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Michelle Renee Salcido v. Aurora Loan Services

January 17, 2012

MICHELLE RENEE SALCIDO
v.
AURORA LOAN SERVICES, ET AL.



The opinion of the court was delivered by: Present: The Honorable A. Howard Matz, U.S. District Judge

CIVIL MINUTES - GENERAL

Stephen Montes Not Reported Deputy Clerk

Court Reporter / Recorder Tape No.

Attorneys NOT Present for Plaintiffs: Attorneys NOT Present for Defendants:

Proceedings: IN CHAMBERS (No Proceedings Held)

This case is before the Court on the motion to dismiss filed by defendants Aurora Loan Services, LLC ("Aurora"), Federal Home Loan Mortgage Corporation ("Freddie Mac"), and Mortgage Electronic Registration System, Inc. ("MERS") (collectively "Defendants"). Defendants removed this action to federal court on March 9, 2011, after plaintiff Michelle Renee Salcido ("Plaintiff") filed a first amended complaint ("FAC") naming Freddie Mac as a defendant.*fn1 Defendants now seek to dismiss the first amended complaint ("FAC") filed by plaintiff. For the reasons set forth below, the Court GRANTS the motion in part and DENIES it in part.*fn2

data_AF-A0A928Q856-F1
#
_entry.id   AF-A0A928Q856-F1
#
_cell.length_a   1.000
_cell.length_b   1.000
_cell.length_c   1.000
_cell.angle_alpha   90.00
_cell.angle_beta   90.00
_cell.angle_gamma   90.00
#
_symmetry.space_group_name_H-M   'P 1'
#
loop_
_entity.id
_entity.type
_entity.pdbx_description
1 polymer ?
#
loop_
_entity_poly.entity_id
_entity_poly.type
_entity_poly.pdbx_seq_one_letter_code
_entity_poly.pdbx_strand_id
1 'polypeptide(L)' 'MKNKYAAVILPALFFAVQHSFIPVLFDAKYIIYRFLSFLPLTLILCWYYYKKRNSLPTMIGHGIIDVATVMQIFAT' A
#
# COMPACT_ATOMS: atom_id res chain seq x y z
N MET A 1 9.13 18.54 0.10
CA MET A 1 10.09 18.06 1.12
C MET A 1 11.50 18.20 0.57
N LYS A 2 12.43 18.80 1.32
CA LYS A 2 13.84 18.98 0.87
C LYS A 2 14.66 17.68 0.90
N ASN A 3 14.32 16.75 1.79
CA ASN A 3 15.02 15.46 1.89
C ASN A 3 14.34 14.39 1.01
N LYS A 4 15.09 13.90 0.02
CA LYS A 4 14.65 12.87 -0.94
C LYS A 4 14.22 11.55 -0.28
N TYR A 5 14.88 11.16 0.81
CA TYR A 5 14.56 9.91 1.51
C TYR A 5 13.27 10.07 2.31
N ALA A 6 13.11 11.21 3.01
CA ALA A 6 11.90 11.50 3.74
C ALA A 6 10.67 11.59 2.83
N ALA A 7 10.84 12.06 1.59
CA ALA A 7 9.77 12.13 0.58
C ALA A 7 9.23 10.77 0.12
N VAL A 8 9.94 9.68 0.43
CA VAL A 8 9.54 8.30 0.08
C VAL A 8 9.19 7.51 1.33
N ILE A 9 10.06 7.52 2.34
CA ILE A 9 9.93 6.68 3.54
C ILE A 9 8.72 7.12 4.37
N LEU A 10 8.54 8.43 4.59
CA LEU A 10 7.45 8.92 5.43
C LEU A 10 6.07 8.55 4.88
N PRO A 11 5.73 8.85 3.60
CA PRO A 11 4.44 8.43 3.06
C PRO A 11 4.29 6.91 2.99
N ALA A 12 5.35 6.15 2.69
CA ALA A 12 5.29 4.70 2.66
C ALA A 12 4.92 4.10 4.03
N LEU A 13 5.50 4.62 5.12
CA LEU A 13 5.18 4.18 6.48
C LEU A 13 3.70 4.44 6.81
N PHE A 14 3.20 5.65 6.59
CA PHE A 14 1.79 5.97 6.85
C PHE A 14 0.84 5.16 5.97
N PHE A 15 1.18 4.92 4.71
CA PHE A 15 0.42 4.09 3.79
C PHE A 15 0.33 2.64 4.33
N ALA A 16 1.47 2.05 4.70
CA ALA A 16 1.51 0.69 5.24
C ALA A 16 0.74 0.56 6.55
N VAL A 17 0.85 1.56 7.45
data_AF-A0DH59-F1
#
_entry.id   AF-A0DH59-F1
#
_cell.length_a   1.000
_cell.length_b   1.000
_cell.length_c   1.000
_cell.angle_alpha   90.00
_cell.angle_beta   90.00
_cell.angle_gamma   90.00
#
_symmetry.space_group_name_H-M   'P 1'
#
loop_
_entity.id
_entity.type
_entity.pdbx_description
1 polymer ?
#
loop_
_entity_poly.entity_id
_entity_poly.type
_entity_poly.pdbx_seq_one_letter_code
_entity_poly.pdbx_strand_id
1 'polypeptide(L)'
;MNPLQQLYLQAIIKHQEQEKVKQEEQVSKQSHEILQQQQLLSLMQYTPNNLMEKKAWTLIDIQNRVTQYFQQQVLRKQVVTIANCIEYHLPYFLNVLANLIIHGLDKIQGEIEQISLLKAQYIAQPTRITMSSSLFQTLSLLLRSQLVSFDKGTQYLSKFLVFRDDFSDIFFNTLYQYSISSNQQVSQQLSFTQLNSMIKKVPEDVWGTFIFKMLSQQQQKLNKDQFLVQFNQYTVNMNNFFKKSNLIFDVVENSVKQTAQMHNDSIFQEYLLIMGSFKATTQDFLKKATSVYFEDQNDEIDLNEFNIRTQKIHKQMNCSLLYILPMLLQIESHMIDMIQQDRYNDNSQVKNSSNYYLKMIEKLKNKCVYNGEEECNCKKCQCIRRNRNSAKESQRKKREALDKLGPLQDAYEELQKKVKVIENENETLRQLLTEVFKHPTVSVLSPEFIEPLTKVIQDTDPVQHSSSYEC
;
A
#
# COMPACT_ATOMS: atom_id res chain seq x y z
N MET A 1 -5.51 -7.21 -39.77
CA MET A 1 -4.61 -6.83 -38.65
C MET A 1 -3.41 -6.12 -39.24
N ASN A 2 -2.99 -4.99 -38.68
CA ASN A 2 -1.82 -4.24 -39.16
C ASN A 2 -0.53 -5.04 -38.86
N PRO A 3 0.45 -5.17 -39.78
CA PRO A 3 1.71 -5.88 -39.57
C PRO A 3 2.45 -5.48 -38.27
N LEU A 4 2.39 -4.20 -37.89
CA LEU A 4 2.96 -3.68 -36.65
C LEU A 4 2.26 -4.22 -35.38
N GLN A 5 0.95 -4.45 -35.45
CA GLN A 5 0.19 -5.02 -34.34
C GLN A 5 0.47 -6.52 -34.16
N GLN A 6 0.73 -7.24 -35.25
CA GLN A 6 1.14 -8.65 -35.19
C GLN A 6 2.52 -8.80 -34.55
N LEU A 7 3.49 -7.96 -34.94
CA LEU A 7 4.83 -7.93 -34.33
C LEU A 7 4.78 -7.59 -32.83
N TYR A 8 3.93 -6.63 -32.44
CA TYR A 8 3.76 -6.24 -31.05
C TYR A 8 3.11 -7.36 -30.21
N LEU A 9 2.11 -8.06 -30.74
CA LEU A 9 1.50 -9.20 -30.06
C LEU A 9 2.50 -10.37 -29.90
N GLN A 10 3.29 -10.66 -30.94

FACTS

Unless otherwise indicated, the following "facts" are based on the FAC's allegations, which the Court must accept as true for purposes of this motion.

On October 6, 2006, Plaintiff entered into a mortgage agreement with Platinum Capital Group ("Platinum"), through which Plaintiff obtained a $350,000 loan secured by her home in La Puente, California. FAC ¶ 9. Platinum actually created two mortgages for Plaintiff: one in the amount of $280,000 and a second in the amount of $70,000. FAC ¶ 10. Plaintiff agreed to accept two mortgages only because she was told that she could not otherwise get the financing she sought. FAC ¶ 10. Soon after concluding this deal, Plaintiff was informed that the right to collect payment under the Note had been transferred to Aurora. FAC ¶ 11.